I write about music strategy via my fortnightly newsletter, Deep Cuts. Subscribe here http://bit.ly/2yphFYx
The future economy is based on innovation where ideas rule and human capital (and therefore talent) fuels it. With new ideas comes demand for marketing, sales and design — a perfect trifecta for music marketing opportunities.
A career in music marketing will take 6 paths:
- Work at a tech company coaching artists how to better and more creatively use their product, i.e.: Facebook/Instagram, YouTube, WeTransfer, or Shazam
- Work on the artist’s side at a label, management firm, distributor or agency to market their recordings, tours and other ventures.
- Work at a brand or their agency in a partnerships role configuring deals for artists to market their product i.e.: Red Bull, Levis, Nike, or Bacardi
- Join a retailer to and work as an artist relations, campaign manager or consumer marketer i.e.: Spotify, Apple, and Amazon
- Work at a content publisher, radio station or media network identifying suitable artists for their audience and coming up with content opportunities i.e.: VICE, Complex or Conde Nast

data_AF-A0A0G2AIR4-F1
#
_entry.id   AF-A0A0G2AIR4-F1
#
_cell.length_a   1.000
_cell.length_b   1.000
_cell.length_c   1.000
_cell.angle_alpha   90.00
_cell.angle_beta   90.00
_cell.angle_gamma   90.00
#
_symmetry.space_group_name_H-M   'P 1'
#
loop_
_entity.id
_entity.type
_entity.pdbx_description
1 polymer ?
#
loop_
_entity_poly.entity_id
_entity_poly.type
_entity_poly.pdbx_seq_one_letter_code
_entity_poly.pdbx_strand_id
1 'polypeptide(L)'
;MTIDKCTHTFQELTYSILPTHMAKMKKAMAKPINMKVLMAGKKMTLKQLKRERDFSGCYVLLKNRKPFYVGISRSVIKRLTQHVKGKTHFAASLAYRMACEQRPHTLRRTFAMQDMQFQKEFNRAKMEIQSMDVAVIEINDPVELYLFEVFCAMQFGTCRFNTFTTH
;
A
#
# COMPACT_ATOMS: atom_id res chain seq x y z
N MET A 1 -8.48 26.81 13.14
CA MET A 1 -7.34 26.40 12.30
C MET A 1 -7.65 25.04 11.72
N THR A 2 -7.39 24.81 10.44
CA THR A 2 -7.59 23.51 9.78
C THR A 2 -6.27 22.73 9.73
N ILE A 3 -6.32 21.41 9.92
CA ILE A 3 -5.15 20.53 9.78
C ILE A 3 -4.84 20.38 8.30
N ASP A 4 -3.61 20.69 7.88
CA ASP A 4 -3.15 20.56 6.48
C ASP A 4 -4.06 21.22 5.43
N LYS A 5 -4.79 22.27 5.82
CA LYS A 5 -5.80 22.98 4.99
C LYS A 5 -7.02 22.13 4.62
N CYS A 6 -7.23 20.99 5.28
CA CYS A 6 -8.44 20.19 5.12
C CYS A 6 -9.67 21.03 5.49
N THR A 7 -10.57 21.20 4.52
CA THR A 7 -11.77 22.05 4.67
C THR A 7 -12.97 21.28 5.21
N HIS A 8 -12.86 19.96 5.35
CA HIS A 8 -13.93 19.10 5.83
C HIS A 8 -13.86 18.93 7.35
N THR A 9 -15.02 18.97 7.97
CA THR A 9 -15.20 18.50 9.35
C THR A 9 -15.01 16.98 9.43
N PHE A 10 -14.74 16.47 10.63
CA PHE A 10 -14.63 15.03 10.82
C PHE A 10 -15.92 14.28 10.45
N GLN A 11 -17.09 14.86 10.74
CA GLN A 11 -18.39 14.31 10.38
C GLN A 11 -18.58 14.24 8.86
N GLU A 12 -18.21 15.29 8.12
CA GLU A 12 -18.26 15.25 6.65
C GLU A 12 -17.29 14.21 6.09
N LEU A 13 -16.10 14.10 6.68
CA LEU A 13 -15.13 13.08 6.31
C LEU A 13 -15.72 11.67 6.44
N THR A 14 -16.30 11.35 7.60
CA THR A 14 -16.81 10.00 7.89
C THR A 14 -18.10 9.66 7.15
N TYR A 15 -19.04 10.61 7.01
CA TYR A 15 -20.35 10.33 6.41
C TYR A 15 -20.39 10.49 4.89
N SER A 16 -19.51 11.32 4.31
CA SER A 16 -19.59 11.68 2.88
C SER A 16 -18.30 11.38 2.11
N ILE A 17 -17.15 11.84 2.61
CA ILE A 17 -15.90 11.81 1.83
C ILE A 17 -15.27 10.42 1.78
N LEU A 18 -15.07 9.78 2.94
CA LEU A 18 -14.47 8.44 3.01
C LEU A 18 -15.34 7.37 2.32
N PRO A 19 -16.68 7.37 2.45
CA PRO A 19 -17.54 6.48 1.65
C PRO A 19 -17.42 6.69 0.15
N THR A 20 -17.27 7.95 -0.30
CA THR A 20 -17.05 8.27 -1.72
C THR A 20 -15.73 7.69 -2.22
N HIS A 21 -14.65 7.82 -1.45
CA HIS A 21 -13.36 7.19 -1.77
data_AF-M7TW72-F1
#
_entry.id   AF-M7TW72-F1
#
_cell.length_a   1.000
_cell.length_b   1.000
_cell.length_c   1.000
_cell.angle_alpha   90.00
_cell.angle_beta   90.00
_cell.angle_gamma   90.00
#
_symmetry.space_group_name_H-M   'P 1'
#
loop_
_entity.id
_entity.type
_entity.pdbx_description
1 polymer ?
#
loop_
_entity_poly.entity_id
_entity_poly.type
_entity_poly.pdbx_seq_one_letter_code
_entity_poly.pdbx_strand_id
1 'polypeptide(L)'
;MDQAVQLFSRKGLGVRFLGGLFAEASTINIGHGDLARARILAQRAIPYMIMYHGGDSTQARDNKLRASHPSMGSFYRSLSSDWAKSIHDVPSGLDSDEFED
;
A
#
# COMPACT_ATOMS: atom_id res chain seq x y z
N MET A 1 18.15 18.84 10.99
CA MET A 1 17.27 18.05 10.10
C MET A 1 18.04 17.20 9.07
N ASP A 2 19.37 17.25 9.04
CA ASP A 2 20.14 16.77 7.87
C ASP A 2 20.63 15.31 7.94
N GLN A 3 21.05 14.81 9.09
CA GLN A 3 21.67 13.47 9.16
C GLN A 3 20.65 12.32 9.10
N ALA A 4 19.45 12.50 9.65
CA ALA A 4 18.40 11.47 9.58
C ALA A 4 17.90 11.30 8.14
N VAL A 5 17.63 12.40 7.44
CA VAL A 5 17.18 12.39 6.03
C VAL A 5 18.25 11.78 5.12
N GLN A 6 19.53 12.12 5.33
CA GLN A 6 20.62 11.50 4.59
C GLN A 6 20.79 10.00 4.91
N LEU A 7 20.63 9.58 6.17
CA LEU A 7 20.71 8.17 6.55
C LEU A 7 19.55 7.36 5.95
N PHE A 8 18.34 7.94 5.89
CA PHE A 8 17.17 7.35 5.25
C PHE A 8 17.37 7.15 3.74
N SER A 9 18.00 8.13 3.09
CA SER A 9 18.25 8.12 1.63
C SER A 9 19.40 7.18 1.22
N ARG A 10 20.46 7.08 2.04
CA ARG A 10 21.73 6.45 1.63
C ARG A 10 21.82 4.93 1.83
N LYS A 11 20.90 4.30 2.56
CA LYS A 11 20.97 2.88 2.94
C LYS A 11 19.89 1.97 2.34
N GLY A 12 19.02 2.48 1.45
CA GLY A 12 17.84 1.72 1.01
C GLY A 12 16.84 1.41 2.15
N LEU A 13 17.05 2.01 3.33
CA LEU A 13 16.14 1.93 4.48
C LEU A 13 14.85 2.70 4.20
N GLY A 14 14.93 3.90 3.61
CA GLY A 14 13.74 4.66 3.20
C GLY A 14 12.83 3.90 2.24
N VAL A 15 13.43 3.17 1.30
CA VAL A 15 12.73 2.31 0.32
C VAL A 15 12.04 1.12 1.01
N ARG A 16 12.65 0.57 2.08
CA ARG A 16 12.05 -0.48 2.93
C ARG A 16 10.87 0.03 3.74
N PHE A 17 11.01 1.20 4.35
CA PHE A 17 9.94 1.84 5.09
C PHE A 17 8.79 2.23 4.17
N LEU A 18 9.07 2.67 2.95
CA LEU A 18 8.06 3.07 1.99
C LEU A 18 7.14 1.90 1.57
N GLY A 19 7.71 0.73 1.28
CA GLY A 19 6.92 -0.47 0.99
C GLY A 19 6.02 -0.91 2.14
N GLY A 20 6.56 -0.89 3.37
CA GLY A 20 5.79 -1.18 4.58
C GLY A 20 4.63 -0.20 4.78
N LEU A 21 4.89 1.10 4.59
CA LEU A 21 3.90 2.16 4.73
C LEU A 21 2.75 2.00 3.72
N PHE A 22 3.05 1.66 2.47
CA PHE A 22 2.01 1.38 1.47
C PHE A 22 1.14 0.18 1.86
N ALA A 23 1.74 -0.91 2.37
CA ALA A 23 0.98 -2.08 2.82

- Market events and experiences for a promoter or venue.
I’ve done #2, 3, 5 and 6 but will only talk about label marketers (#2).
Regardless of the oodles of BS spoken about labels, I know no other job that offers so much variety in artist marketing campaigns especially now where Spotify/Apple etc. has created a pipeline of artist talent so great that rosters are getting bigger, more music is being released as different shaped projects requiring more marketing work.
Within label marketing, I see 4 main disciplines and their hallmarks of greatness.
If you’re interested in getting to the top of these areas then read on for career advice from some of the most creative people already there that i know.